If you’ve ever thought that the Vietnam War was basically all over by 1971, despite the fact that our Troops were still there, think again. This intense battle proved otherwise, and it yet again showed that at the platoon level, well-trained and disciplined troops could overcome huge odds. This was the biggest operation 3RAR had been involved in so far on their second tour, and it pitched B Company, (with Tunnel Rats from 1 Fld Sqn attached) against tough and experienced North Vietnamese troops with long years of combat experience behind them. At the centre of the action was 5 Platoon, and to their credit they were able to hold their ground until support from the other platoons of B company arrived. For Operation Overlord special permission was obtained from the then Prime Minister Mr John Gorton to allow Australian troops to operate outside Phuoc Tuy province. The Operation, conducted on the Long Khanh and Phuoc Tuy province border, was initiated because the enemy were using the buffer zone between the two provinces to train and equip troops before moving them into Phuoc Tuy province to attack and harass the local villages. 1ATF and the Americans decided to conduct an operation aimed at destroying the enemy and their installations in that region. The plan was for the 2/8 battalion US to block the northeast and east along the Suoi Luc River, 4RAR was to block in the south and A Sqn 3Cav Regiment to block along the Suoi Ran River. 3RAR, with Tunnel Rats from 2 Troop attached was to provide the searching troops and they were tasked with destroying any enemy and any enemy bunker systems found in the area of search. 3RARs plan was to search it’s AO with three rifle companies (A, B, and C) with D coy being held in reserve. Two-man Splinter Teams of Tunnel Rats from 2 Troop were attached to each of the rifle companies, as well as to HQ in the Fire Support Base (FSB). Two-man Mini-Teams of Tunnel Rats (the difference being the carrying of a mine detector) were also attached to the tanks and APCs supporting 3 RAR on the Operation. The enemy that 5 platoon met on 7June 1971 were battle hardened and were suspected to have linked up with D445 battalion for sapper training in preparation for attacks on military installations in Phuoc Tuy province. As the troops landed into their designated LZs, B Coy was no doubt seen by the VC as they began their search. Captured documents later indicated that the LZ was just 500 metres away from the enemy position. The heavy weapons company of 3/33NVA was able to stall 5 platoon B Coy for almost eight hours as the enemy moved away rapidly along pre-designated escape routes. Colonel Peter Scott, the CO of 3 RAR on their second tour of Vietnam recorded his perspective on the Operation for the “South Australians at War Oral History Project 2002”: “Once again we were operating as a result of enemy wireless intercept, and we were advised that the 3rd Battalion of the 33rd North Vietnamese army regiment was in this location. So this was the first time that we were up against the North Vietnamese. And we found them on the first night (6th June 1971), when 5 Platoon of B Company sighted the bunker system. It was about five o’clock at night and there was no way I was going to get involved in a night operation so they were pulled back until the next morning. “It turned out to be the most intensive operational day that we had during the whole period that we were there. The enemy certainly wasn’t running on this occasion. He was sitting in his bunker system, which we found and then advanced against the next morning, and he fought very tenaciously. I had to bring in the tanks on one flank, the artillery, helicopter gunships, everything that I could produce to try and overcome this enemy opposition. “And I think really what happened was that he left a small force there which allowed the rest of the regiment to bug out. We found about thirty bunkers in that area, plus another thirty adjacent to it which had been occupied by D445 battalion. They were obviously assembling there for a major operation against the Task Force in Phouc Tuy Province. “We had a number of early casualties. One of our officers from the field regiment was killed while he was directing artillery fire. A helicopter was shot down that was trying to drop ammunition. It burst into flames, and a few of my soldiers went into the flaming helicopter and rescued the crew, for which they were awarded gallantry decorations.” It turned out that the enemy was waiting in prepared positions for 5 Platoon that morning. At 0600 the Platoon moved off towards the bunker system and had only gone 90 metres when all hell broke loose. In the initial burst Pte Hack was wounded and Pte Mitchell was shot through the throat. The Platoon was under fire from the flanks as well as from their front. 5 Platoon engaged the bunkers aggressively with their M60 machine-guns but fire from the enemy continued virtually all day, pinning the platoon down. Any withdrawal would have caused even higher casualties, so they had to hold their position while an Infantry and Armoured assault using tanks and APCs was assembled.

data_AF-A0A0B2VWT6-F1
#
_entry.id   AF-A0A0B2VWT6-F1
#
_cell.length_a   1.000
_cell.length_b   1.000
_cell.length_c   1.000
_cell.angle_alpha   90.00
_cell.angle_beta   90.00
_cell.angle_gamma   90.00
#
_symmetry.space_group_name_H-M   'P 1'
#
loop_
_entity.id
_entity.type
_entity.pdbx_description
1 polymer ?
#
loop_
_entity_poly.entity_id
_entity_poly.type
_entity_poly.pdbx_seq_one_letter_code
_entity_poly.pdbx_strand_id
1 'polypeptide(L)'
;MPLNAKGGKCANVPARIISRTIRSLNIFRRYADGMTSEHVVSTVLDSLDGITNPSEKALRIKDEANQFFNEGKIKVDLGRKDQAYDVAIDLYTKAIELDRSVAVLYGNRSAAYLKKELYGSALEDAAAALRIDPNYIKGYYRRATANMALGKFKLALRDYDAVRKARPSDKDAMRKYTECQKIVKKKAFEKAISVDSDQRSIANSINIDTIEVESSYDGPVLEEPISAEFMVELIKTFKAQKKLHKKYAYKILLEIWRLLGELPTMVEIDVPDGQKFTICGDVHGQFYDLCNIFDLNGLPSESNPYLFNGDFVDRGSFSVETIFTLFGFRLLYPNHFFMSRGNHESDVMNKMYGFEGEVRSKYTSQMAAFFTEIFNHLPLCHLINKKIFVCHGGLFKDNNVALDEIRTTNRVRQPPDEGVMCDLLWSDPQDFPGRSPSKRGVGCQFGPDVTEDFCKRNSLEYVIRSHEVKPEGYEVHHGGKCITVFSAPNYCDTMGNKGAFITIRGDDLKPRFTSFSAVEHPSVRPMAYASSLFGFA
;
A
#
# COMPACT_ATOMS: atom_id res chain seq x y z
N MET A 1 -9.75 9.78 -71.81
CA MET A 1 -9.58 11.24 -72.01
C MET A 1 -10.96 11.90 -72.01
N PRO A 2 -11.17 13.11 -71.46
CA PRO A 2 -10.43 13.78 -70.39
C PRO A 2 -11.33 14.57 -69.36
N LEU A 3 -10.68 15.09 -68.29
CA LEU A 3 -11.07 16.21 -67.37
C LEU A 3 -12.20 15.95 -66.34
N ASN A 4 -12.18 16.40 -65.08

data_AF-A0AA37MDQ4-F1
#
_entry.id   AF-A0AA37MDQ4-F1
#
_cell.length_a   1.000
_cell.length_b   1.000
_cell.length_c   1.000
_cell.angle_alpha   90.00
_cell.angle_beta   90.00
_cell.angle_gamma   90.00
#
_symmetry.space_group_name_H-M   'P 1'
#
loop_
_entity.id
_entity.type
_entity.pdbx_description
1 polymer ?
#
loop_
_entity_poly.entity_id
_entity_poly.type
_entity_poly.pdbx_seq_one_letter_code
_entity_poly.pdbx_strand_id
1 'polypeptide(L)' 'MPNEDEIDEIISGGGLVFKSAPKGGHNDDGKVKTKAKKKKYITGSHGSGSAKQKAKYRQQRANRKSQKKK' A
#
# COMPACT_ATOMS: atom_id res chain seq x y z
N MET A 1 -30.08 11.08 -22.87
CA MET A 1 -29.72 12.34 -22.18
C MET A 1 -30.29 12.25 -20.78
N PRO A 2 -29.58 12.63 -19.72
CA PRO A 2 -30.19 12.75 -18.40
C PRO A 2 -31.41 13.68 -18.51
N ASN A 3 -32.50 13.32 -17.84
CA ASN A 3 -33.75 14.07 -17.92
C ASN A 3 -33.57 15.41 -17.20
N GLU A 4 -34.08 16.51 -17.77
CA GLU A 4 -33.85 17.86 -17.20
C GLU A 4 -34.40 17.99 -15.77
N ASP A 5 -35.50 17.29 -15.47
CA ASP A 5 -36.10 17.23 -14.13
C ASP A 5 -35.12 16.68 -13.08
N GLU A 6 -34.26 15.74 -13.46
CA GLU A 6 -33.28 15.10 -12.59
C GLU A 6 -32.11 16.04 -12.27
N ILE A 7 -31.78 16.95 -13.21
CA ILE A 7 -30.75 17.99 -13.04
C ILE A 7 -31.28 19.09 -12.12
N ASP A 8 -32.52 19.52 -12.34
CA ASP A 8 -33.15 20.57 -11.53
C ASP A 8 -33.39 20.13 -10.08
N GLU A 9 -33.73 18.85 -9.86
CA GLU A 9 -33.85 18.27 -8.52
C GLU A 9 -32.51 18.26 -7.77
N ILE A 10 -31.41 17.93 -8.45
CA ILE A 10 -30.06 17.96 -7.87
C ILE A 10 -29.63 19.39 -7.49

Mounted on those APCs were to be men from D Company plus the Tunnel Rats from 2 Troop attached to D Company and to the tanks and the APCs. Meantime 5 Platoon was now receiving fire from rocket propelled grenades (RPGs) which the enemy were skilfully firing into the trees above the men, causing the shrapnel to burst down on them from above. The tanks were edging their way towards 5 Platoon, and were themselves coming under RPG fire. On reaching the contact point they soon realized the bunker system was so large the tanks were outflanked and that they were taking RPG fire from all directions. In response, the tanks let fly with everything, sending a rain of high explosive (HE) and canister rounds into the jungle and into many of the bunkers. RAAF and US gunships were now also flying and firing in support, often dropping rockets and gunfire within 15 metres of the troops on the ground. By 0900 CHQ and 6 Platoon had reached 5 Platoon but Pte Manioloff was wounded in the move and Pte Bob Drinnan and Pte Trevor Sharland were wounded shortly after. At this point a chopper dropped much-needed ammunition, but while distributing this to the men, Pte Peter Fyfe was wounded. The artillery support was critical to the survival of the men in contact, and they had lobbed in a total of 1,388 rounds during the day from FSB Pamela, plus further support from FSB Trish and FSB Cherie. The artillery forward observer (FO) Lt. Ian Mathers was moving to a better position to direct his fire, when he was killed by enemy fire, leaving Lance Bombardier Peter Maher to direct the fire. At 1100 another vital ammunition re-supply by helicopter was taking place when the chopper was hit by enemy ground fire as it hovered over the contact area. The helicopter fell to the ground behind 5 Platoon and burst into flames, igniting the ammunition on-board. Men from B Company rushed to pull the crew from the burning chopper, getting them all out, but two of them were killed and three were wounded. Many of the M60 machine-guns were now jamming because of the over-heating caused by continuous fire. The mortars back at FSB Pamela were also jamming and misfiring due to over-heating. By mid-afternoon D Company with the tanks and APCs and the attached Tunnel Rats from 2 Troop finally moved into the bunker system in a two up formation in support of B Company. The tanks had only been able to move as fast as the Infanteers and Sappers walking beside and behind them. Each bunker had to be searched as they moved through the massive system, with the Tunnel Rats checking for mines and booby traps. Eventually the system was cleared of enemy and 5 Platoon could be relieved and sent back to a safer area for a well-earned rest. They had been in contact for over eight hours. In the following days, the Tunnel Rats thoroughly searched all the bunkers and the entire camp area before setting charges to blow up the whole system. It was an extensive and well-established enemy camp, with lecture areas, an assault training course, a mine warfare training area, a fresh-water well and a grave yard. The camp covered an area 1km by 1.5km and comprised over 100 bunkers, many of them with unusually deep overhead protection. This was one of the last major Operations of Australia’s involvement in Vietnam, and fittingly, the Sappers of 1 Field Squadron were right amongst it, as they were throughout the war.

With thanks to Bob Wood and 1 Fld Sqn